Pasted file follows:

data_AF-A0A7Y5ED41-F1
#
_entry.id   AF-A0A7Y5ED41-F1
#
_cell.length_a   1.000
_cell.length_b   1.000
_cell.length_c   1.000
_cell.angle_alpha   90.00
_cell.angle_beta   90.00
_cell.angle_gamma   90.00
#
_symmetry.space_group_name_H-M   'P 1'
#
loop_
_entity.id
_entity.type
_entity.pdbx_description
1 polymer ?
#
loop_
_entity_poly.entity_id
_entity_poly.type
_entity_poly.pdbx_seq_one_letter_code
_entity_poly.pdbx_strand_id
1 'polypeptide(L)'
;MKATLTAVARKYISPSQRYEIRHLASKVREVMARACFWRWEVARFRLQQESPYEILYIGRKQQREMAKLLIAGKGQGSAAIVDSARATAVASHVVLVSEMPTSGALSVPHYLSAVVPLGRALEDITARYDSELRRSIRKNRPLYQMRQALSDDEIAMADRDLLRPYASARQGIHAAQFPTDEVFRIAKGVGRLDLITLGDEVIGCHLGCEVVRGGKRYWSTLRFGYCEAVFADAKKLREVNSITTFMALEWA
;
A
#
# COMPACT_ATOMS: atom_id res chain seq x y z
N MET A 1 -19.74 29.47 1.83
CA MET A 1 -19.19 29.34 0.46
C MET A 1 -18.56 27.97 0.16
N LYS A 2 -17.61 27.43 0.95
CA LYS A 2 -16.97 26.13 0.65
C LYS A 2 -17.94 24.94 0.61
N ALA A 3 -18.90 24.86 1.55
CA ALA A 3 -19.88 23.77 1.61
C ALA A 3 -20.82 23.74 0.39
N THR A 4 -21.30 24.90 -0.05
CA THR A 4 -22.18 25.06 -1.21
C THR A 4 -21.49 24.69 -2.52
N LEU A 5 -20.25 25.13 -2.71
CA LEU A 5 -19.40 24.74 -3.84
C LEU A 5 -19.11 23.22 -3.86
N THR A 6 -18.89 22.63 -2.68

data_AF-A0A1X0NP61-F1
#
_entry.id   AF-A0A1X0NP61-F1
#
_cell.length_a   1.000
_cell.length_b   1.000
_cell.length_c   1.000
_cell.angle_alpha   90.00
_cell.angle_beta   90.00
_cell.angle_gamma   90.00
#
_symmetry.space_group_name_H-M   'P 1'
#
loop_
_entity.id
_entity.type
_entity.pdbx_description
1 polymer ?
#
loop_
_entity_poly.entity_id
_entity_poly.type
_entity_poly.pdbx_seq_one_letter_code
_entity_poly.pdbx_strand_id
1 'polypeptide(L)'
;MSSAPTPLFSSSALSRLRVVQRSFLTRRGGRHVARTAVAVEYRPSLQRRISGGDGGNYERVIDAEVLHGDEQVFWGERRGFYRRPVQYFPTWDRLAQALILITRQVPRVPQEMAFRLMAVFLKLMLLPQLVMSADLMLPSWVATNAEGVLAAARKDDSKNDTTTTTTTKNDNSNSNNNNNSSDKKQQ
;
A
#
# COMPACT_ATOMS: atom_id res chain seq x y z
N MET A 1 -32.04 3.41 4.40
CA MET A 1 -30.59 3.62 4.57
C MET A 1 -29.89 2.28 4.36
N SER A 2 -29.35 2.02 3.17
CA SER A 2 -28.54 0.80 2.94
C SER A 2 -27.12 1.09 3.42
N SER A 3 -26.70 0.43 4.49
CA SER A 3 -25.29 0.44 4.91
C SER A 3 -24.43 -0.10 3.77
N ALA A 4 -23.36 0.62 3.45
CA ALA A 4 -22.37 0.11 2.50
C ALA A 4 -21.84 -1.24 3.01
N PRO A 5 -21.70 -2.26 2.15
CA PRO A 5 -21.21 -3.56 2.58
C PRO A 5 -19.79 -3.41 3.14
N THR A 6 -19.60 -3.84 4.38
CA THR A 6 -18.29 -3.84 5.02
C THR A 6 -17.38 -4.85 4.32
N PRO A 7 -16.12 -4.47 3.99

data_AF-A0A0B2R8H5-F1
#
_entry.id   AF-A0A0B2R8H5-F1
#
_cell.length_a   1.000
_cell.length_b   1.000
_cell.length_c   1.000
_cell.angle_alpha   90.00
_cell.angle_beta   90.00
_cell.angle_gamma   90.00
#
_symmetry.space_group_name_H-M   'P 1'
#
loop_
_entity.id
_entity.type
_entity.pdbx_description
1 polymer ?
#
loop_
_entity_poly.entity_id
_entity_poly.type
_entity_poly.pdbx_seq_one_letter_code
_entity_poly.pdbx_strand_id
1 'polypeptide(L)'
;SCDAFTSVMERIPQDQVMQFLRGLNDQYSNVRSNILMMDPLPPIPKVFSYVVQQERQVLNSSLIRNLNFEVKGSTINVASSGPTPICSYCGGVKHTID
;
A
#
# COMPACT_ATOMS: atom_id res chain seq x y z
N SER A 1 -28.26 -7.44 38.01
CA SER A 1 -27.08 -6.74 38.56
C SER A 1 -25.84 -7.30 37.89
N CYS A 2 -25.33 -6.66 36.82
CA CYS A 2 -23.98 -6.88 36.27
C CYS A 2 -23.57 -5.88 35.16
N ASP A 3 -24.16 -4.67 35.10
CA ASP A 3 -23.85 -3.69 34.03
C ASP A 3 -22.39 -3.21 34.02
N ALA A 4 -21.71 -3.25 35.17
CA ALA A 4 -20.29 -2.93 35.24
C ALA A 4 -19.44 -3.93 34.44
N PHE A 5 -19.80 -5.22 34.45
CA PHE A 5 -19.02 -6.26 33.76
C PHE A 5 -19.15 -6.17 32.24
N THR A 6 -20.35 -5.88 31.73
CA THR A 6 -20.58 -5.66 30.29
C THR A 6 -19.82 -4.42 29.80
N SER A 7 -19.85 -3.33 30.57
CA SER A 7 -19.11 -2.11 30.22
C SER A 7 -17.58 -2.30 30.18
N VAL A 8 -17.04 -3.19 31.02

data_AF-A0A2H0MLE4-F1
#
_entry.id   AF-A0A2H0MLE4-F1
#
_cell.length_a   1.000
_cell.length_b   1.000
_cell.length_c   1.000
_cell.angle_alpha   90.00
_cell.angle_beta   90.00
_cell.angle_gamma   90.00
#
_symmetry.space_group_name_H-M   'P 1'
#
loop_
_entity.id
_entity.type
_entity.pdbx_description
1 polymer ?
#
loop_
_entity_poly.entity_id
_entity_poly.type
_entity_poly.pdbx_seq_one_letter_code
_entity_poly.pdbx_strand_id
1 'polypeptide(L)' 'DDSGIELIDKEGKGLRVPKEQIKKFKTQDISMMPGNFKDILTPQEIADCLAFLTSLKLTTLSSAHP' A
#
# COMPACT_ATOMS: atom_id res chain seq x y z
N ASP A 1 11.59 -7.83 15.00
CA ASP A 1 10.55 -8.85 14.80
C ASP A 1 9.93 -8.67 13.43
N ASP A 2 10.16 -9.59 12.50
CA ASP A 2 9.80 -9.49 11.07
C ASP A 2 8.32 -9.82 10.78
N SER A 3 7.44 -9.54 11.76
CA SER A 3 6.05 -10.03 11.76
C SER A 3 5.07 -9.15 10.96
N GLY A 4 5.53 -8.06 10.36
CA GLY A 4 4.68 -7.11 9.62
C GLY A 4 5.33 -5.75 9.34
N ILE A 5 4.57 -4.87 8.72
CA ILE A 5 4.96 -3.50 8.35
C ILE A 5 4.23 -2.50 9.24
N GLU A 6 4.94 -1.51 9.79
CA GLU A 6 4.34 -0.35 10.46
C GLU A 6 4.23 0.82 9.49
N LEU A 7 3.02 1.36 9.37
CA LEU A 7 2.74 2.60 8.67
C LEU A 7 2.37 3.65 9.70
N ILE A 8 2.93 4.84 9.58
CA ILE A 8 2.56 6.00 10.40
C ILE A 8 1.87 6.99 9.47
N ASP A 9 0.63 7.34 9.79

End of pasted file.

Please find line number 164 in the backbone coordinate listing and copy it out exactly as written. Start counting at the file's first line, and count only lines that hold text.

_entity.pdbx_description